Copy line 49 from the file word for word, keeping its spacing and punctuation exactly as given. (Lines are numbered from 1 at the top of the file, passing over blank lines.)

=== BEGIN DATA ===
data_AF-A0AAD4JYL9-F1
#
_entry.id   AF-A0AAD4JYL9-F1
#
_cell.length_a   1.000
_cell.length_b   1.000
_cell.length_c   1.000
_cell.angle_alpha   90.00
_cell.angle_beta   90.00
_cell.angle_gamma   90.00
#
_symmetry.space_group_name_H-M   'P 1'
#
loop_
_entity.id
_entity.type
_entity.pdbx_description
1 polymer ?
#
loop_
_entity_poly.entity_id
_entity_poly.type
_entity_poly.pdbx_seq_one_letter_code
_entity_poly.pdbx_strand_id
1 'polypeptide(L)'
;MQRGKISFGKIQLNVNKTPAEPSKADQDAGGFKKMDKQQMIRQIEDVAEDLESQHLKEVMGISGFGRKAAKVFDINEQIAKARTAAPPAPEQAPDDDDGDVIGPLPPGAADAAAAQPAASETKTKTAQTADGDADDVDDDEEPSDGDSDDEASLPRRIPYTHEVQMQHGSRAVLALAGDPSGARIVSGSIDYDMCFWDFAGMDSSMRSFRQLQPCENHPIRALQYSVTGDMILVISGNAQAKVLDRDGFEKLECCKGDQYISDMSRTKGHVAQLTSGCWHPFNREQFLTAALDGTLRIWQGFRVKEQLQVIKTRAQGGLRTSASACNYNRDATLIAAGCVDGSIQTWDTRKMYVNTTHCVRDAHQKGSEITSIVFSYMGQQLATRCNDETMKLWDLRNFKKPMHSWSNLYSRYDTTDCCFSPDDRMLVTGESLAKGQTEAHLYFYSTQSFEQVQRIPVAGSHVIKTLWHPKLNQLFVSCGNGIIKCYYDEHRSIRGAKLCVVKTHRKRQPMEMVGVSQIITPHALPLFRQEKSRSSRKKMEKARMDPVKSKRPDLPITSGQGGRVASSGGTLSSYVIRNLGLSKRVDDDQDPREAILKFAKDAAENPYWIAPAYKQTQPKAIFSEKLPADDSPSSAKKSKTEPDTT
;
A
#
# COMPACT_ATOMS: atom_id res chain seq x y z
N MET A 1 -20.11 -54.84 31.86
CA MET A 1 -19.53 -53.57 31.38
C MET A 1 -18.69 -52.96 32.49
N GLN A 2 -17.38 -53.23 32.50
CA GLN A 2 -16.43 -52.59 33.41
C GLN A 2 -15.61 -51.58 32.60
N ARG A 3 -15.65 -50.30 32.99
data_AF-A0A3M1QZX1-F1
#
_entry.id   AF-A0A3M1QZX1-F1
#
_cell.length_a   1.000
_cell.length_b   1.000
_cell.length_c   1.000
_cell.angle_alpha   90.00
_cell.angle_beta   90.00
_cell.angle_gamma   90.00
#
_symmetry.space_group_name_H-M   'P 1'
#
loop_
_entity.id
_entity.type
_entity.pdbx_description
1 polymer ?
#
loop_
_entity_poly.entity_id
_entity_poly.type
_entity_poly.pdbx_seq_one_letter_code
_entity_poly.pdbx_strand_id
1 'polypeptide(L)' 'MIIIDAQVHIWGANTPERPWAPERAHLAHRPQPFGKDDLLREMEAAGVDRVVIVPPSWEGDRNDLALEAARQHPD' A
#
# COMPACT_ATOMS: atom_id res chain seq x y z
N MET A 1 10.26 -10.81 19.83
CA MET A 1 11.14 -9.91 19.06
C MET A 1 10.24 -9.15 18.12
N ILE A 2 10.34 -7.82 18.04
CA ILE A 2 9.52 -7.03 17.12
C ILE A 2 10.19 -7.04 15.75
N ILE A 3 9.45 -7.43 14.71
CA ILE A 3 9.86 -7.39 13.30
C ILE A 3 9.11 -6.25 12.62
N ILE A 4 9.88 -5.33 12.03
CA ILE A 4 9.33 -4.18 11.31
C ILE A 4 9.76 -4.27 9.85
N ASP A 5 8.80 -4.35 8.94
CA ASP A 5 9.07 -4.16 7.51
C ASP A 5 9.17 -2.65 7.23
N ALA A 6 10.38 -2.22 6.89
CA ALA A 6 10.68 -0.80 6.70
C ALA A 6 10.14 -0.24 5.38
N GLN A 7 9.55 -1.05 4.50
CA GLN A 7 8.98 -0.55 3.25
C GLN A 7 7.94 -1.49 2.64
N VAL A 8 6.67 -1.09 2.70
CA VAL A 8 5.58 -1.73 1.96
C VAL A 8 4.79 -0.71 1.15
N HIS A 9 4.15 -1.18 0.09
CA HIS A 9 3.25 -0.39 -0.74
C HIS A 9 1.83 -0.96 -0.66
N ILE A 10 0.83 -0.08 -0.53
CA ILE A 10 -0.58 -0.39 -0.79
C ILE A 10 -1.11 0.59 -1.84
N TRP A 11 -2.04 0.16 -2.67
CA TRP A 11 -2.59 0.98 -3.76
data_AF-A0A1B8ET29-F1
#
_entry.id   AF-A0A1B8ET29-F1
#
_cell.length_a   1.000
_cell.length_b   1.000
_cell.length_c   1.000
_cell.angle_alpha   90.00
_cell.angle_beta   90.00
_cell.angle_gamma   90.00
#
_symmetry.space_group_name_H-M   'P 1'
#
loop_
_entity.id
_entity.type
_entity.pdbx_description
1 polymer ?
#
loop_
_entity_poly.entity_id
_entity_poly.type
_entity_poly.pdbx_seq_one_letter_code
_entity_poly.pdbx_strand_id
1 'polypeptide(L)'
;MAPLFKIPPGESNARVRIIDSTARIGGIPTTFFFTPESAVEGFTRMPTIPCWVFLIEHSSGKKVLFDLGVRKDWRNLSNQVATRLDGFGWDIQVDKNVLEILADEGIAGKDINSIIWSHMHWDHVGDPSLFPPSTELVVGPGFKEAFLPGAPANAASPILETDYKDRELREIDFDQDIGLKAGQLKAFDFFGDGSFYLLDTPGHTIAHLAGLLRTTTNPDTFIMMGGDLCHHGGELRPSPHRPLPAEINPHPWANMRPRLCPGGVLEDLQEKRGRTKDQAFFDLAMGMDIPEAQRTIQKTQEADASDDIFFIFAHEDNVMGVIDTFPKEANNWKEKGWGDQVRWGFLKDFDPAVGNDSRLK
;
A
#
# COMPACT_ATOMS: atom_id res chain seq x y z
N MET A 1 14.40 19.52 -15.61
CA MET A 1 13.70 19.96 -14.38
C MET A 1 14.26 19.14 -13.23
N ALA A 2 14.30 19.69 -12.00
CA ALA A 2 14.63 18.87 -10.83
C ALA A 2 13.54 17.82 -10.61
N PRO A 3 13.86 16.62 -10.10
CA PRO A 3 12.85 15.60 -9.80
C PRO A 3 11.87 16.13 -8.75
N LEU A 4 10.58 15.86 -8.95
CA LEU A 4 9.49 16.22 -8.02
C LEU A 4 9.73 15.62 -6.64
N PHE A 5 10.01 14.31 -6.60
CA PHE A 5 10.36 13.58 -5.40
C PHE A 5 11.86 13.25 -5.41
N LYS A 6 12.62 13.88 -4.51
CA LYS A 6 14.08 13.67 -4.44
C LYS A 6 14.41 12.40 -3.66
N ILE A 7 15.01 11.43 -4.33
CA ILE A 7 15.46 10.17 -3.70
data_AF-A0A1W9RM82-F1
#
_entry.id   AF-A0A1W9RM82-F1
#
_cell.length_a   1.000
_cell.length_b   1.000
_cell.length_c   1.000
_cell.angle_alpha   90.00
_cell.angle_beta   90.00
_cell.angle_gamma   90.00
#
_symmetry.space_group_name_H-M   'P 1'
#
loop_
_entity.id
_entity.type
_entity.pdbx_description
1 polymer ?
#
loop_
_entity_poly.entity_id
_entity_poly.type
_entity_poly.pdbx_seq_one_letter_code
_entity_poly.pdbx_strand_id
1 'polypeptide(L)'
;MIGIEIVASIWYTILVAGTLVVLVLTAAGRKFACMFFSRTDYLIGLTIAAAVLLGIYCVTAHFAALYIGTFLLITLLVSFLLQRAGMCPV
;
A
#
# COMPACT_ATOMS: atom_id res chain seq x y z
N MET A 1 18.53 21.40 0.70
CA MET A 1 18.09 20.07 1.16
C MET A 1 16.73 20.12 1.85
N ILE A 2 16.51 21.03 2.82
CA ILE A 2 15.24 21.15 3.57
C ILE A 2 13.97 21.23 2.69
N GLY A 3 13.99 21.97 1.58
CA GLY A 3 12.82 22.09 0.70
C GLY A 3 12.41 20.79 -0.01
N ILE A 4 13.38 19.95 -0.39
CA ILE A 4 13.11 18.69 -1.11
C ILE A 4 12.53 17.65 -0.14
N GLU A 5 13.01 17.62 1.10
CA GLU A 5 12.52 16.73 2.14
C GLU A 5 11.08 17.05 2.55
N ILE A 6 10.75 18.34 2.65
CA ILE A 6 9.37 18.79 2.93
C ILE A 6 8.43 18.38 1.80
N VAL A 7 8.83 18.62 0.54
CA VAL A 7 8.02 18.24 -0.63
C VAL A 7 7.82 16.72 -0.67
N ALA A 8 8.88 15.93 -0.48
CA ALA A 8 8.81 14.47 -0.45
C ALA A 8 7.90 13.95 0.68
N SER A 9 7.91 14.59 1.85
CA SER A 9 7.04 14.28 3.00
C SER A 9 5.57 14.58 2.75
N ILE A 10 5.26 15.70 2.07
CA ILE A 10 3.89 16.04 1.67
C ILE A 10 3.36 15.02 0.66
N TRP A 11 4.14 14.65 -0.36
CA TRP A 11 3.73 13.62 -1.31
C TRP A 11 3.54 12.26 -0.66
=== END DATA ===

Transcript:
_symmetry.space_group_name_H-M   'P 1'